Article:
- the interdisciplinary research collaboration between the ISE faculty and students, other NCPERRC researchers with epidemiology expertise, officials from NC DPH’s Epidemiology Section, and a member of the faculty of the University of Oklahoma School of Public Health to validate a model representing the dynamics of pertussis outbreaks in a realistic manner; and
- the ability of ISE students to become familiar with public health culture and language, learn how to translate ISE modeling techniques for public health audiences, and successfully give oral and poster presentations to many public health audiences. One graduate student interviewed for a position at the CDC based on his research associated with this project; another student’s master’s thesis on H1N1 simulation model for determining optimal mitigation strategies was recently published as a book based on his research.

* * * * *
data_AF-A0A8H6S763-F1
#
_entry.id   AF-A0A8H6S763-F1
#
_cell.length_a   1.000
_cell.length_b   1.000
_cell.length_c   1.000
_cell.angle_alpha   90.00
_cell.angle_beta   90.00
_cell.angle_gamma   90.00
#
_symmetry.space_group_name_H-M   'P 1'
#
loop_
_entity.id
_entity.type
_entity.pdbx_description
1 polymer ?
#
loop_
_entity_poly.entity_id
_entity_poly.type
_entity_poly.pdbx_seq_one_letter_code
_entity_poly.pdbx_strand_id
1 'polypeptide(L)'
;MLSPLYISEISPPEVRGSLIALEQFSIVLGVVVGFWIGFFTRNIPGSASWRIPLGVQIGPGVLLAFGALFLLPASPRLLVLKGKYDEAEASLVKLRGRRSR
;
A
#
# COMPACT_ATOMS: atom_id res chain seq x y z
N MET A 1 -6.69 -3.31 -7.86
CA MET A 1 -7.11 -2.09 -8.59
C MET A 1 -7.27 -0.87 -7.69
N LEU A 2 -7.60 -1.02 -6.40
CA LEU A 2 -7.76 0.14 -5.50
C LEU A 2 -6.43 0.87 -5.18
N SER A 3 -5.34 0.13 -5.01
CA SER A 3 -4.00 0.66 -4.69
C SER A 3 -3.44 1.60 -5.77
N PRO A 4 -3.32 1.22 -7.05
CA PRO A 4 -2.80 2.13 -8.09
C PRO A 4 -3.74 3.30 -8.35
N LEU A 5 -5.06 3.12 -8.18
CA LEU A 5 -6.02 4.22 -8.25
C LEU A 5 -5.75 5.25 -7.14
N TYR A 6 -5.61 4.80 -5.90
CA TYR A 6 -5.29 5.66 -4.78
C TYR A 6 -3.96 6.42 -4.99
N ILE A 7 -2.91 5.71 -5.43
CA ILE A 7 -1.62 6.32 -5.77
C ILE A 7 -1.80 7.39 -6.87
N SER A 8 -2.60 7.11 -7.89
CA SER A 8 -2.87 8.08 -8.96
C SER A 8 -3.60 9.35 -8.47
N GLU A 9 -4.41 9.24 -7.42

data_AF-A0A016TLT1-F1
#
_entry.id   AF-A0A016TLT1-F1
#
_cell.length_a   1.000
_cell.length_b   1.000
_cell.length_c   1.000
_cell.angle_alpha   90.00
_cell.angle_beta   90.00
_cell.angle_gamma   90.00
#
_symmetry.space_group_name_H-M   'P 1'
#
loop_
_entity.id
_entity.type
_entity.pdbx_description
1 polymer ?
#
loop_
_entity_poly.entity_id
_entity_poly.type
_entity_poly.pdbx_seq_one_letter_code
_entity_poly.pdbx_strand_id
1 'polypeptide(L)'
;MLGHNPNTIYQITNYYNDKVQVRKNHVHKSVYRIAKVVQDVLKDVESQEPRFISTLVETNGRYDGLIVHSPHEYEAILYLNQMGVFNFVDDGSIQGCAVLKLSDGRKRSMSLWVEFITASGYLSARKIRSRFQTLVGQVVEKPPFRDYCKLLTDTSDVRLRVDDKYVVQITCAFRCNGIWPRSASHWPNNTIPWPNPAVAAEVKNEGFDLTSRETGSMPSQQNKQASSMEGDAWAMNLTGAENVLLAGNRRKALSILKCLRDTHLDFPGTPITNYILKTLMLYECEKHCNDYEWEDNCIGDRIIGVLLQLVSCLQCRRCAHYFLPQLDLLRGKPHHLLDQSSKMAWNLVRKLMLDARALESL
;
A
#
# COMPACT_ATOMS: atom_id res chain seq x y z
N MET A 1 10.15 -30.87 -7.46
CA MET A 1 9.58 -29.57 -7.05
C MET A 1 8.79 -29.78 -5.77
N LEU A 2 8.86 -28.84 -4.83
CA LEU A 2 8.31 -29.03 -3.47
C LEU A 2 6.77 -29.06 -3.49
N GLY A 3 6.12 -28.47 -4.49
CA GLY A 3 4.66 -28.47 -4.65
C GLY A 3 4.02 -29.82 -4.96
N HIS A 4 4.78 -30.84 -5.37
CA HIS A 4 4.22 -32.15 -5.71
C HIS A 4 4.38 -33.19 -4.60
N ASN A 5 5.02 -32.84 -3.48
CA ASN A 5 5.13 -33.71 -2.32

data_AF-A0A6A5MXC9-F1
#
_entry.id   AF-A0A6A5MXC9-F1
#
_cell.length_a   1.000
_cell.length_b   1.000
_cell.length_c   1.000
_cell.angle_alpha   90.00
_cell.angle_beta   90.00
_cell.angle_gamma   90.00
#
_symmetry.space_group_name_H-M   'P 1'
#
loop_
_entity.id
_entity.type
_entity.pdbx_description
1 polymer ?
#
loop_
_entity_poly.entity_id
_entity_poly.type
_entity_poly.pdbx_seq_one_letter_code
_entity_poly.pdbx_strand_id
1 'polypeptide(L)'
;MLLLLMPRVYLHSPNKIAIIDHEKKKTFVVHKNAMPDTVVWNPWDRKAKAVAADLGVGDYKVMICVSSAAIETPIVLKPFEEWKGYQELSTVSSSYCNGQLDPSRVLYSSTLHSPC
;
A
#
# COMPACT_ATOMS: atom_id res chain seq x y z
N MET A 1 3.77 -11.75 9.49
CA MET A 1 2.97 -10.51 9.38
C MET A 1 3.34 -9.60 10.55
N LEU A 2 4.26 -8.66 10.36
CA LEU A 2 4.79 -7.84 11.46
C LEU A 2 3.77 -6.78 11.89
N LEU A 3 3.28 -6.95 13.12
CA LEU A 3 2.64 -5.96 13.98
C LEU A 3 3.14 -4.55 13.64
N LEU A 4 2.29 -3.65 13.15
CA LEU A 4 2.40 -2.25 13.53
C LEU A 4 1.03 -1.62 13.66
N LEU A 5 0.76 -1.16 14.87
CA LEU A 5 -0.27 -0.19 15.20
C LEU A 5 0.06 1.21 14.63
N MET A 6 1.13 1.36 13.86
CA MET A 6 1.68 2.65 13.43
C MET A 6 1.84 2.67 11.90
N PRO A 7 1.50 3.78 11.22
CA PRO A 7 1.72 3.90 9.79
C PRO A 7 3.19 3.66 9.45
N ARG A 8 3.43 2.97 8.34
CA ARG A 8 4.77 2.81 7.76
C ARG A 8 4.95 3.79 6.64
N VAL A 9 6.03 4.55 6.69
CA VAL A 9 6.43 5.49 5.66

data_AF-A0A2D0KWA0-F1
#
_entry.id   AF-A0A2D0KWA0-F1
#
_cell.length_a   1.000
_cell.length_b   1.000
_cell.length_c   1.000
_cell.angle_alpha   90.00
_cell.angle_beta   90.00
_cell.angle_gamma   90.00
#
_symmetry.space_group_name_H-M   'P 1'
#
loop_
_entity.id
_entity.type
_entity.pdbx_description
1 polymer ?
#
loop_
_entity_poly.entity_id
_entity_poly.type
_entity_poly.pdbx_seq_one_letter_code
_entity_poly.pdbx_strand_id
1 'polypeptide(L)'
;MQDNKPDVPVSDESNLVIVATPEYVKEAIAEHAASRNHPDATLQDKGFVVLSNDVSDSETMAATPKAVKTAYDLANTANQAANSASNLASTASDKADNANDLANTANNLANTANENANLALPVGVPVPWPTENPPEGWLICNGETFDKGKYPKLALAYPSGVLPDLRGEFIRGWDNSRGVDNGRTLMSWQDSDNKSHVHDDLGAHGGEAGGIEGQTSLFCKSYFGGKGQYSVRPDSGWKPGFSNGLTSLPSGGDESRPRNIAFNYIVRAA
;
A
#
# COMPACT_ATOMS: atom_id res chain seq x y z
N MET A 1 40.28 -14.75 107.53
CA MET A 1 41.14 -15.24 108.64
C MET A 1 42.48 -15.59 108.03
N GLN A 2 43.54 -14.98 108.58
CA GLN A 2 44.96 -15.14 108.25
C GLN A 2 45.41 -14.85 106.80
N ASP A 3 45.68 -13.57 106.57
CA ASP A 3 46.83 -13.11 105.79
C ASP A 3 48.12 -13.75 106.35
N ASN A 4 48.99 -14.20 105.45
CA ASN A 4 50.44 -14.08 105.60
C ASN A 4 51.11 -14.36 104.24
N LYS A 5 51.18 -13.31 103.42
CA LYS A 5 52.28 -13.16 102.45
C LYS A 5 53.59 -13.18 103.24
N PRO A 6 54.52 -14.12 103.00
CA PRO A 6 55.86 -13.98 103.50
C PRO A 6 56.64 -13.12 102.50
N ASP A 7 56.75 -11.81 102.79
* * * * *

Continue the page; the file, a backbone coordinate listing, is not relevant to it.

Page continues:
For more information visit NCPERRC Research or contact the Principal Investigators or Co-Investigators.
|NCPERRC component||Contact information|
|Administrative Core||Edward Baker (PI) email@example.com
Carol Gunther-Mohr (Program Manager) firstname.lastname@example.org
|Accreditation project||Glen Mays (PI) email@example.com
Mary Davis (Co-PI) firstname.lastname@example.org
|Surveillance project||Anna Waller (PI) email@example.com
Pia MacDonald (Co-PI) firstname.lastname@example.org
|Regionalization project||Pia MacDonald (PI) email@example.com
Jennifer Horney (Co-PI) firstname.lastname@example.org
|NCHAN project||Julie Ivy (PI) email@example.com
Edward Baker (Co-PI) firstname.lastname@example.org